There are signs that same-day delivery may not be as winning a model as some had hoped. The USPS suspended one of two pilot programs called Metro Post due to a lack of participation from retailers, and eBay CEO John Donahoe recently downplayed the company’s same-day delivery service eBay Now during a presentation to Wall Street analysts.
However, the USPS Office of Inspector General (OIG) is concerned about a movement it calls “crowdshipping” that retailers use to deliver same-day orders to their customers.
eBay’s CEO was speaking at the Goldman Sachs Technology and Internet Conference on Wednesday when he said eBay Now had received more media attention than warranted, and he cautioned analysts about how to think about the demand for same-day delivery.
Donahoe explained the reason eBay launched eBay Now was because of a request by two eBay Enterprise clients. A couple of large retailers said they needed to provide same-day delivery capabilities but believed no one retailer could do it on their own. “Could you guys help us aggregate,” they asked eBay.
“We proved you could make the logistics on same-day delivery, in fact, we were going to make one-hour delivery work pretty well,” Donahoe said. But in order to scale the service, eBay needed to get the delivery costs down, and the best way eBay saw to do that was to use what Donahoe called “sharing economy” economics in order to use excess delivery capacity. eBay acquired UK startup Shutl that had the “best third-party marketplace software” for vetted delivery people, he said.
However, “This isn’t a service that we want to provide our retail partners. It’s not a major business line that we’re going to try to – an independent business line we’re going to try to grow.” eBay is proving it can work so retailers can offer that to their consumers, Donahoe explained.
When asked how big same-day delivery could become for ecommerce in the U.S., Donahoe said he didn’t know, and didn’t think anyone really knew. “The way we look at it is, consumers – all of us – consumers will want a choice,” and he described various ways consumers could order and obtain items online, via mobile and in-store.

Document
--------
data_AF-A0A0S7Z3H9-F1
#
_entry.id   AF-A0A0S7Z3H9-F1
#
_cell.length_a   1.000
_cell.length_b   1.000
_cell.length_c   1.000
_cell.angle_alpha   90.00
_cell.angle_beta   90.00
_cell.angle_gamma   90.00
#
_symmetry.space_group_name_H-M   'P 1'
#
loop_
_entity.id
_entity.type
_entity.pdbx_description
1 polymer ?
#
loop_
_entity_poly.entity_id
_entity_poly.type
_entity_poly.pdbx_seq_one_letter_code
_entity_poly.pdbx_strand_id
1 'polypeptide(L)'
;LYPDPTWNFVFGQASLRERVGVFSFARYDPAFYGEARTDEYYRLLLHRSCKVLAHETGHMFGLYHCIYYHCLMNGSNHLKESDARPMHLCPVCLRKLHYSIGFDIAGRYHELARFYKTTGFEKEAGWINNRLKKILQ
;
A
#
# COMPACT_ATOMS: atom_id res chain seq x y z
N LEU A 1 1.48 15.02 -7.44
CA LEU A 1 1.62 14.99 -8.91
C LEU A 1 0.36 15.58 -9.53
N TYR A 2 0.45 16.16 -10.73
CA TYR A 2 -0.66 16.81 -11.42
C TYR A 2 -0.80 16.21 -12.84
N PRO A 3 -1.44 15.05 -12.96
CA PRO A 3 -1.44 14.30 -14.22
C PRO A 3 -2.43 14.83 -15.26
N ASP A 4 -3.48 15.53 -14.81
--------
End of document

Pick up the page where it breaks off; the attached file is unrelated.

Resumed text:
“We’re trying to build a set of capabilities to give consumers choice. I think same-day delivery will be a piece of the equation. One slight caution I would have is, it’s easy for each of us to project our own experiences.”
“In this room, by and large, we have money but no time,” the CEO said. “So the notion of shopping quick – we may or may not like shopping – but that’s really appealing. The bulk of consumers either have more time than money, so they’re willing to search for value, and convenience is one of the criteria but value is a much bigger criteria, or two, they like shopping. Shopping is entertainment.”
Convenience is one of the factors, but it’s not the only factor, he said. “So I think it’s important not to just project the attributes of everyone in this room as that being the market, because the biggest part of the market likes shopping and is looking for value. It’s not either or,” he said.
Meanwhile, the U.S. Postal Service is also piloting a same-day delivery service in two cities in a program called Metro Post. However, it is suspending the test in one city on March 1st.
An OIG report explained that the Postal Service had expected to enter into agreements with several large retailers, but only one large retailer agreed to participate in the San Francisco pilot and later withdrew prior to implementation due other operational priorities.
Nevertheless the OIG is concerned that same-day delivery services are cutting out the Postal Service in favor of a new class of logistics known as “crowdshipping” or “crowdsourced” delivery. In a report published last week, the OIG said the movement is still in its early stages. “As it matures, it may have profound implications for the Postal Service.”